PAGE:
When it comes to choosing what type of flooring you want to install, price is going to be a huge factor in the decision process. This is where being shortsighted can come back to bite you. Some questions that should come to mind are:
– How large of a project is this?
– What is your short term/long term budget
– How long does the flooring need to last?
If these questions resonate with you in any way, you might want to consider engineering your project for a life cycle value. By value-engineering your project you can perform a Life Cycle Cost Analysis, also known as a Cradle-to-Grave Analysis, to realize your full investment in terms of how your decision can affect your budget over the life of the floor. To perform a Life Cycle Cost Analysis you need to take into consideration all costs for owning, operating, maintaining, and disposing of the product. This includes:
– Installation Materials
– Contractor overhead and profit
– Maintenance (physical and aesthetic)
– Final costs to remove the flooring
The Tile Council of North America, Inc. performed a Life Cycle Cost Analysis on 12 of the most popular flooring options, including everything from carpet to porcelain ceramics. The results are listed in the table below.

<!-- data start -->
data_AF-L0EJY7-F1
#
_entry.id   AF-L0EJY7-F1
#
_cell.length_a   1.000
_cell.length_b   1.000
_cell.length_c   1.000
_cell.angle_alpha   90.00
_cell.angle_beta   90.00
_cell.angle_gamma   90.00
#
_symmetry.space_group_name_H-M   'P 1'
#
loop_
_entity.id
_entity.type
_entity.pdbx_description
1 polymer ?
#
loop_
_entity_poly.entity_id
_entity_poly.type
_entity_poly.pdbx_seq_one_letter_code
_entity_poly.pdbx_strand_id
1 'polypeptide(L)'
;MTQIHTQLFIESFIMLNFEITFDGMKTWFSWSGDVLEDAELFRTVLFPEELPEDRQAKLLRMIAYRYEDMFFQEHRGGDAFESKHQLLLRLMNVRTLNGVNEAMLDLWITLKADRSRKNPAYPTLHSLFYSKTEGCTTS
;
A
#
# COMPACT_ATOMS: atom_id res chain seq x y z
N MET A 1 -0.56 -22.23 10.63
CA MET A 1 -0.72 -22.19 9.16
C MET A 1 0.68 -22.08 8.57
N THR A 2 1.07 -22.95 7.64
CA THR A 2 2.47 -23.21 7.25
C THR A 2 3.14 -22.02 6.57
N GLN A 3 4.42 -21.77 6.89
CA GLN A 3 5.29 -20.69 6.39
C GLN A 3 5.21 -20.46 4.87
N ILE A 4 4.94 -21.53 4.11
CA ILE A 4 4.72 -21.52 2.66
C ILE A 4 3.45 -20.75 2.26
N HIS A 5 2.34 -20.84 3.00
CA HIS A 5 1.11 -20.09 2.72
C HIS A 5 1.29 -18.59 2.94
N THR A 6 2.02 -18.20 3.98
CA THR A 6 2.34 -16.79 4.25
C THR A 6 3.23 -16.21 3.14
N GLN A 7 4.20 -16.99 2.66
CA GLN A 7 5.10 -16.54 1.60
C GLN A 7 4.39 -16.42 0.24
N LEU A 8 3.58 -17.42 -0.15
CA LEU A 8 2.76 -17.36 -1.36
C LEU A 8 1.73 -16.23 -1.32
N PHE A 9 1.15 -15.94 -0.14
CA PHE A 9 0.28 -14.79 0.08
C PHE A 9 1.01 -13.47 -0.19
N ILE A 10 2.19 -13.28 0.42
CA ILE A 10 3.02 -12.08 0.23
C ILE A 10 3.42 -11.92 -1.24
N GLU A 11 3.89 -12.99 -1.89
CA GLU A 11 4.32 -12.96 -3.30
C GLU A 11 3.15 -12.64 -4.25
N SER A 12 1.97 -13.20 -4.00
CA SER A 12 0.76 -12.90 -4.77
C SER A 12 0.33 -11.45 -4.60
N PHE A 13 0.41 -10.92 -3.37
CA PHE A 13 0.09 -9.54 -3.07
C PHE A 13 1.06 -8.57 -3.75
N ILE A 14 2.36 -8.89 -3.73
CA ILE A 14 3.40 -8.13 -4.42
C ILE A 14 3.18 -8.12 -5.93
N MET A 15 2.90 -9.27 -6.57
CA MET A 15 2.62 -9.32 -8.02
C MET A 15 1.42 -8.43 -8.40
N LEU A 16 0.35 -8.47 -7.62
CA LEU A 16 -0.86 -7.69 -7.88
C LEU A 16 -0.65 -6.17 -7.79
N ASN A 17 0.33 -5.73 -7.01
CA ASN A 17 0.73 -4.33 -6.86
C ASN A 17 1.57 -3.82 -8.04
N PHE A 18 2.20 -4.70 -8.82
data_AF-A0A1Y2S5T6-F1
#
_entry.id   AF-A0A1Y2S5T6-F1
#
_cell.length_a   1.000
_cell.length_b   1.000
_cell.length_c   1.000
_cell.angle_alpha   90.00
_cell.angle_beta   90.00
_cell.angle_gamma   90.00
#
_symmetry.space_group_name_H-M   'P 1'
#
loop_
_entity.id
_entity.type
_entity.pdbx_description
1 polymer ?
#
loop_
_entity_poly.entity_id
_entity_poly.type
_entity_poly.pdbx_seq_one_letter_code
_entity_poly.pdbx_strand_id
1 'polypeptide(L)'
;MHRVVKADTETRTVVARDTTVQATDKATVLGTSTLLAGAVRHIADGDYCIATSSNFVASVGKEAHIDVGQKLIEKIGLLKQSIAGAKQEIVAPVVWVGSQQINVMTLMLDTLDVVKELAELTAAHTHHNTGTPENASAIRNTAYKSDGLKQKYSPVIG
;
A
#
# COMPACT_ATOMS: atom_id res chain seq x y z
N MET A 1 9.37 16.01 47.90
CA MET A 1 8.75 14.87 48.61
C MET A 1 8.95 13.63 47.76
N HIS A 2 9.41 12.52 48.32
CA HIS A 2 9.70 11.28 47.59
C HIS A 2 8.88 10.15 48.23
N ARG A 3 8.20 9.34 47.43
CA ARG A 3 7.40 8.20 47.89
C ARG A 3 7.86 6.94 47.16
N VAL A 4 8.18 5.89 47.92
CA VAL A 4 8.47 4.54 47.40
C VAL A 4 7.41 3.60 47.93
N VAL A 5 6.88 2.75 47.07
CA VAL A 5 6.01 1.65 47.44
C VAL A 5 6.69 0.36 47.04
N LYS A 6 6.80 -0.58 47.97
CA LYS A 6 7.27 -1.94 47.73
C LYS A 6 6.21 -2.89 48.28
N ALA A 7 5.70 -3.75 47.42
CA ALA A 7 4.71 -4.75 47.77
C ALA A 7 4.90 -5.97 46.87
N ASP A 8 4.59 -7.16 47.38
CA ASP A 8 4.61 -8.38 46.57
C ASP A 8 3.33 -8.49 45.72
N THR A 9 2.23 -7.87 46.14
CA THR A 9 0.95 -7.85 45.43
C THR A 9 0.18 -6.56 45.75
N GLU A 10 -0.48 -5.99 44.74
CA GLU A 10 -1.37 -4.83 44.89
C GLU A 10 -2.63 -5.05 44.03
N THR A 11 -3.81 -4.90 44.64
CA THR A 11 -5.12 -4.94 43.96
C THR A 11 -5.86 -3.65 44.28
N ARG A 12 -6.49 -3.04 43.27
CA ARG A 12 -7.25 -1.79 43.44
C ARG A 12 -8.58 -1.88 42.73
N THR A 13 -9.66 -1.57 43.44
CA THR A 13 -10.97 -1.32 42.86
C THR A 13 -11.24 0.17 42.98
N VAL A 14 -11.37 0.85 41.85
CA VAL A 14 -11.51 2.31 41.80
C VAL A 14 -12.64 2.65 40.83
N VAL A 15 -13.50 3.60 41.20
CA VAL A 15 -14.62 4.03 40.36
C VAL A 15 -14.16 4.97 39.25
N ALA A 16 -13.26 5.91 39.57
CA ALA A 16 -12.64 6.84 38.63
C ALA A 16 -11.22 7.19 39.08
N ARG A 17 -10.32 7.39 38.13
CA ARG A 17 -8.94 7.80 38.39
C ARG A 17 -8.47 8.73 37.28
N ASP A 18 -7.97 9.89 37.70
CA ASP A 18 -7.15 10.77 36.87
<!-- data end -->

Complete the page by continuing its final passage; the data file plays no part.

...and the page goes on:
*Per Square Foot Data taken from the Tile Council of North America
As you can see from the results of the test, ceramic and porcelain tiles have the longest expected lifespan with 50 years, driving the cost for its overall life cycle ($0.33 – $0.39) significantly lower than carpet ($1.26) and vinyl ($1.41 – $1.85) products, which need to be replaced periodically.
Because properly installed tile can last a lifetime, it is no wonder it is one of the greenest, most sustainable ways to build. By contributing to various credits, ceramic and porcelain tiles can help you attain LEED Certification for your project, while at the same time lowering the overall expenses over the lifetime of the building.
According to these results you can see how important it is to plan your project based off its complete life cycle value, rather than the initial cost. Just because something might cost more upfront doesn’t mean it will be less expensive over the lifetime of the floor.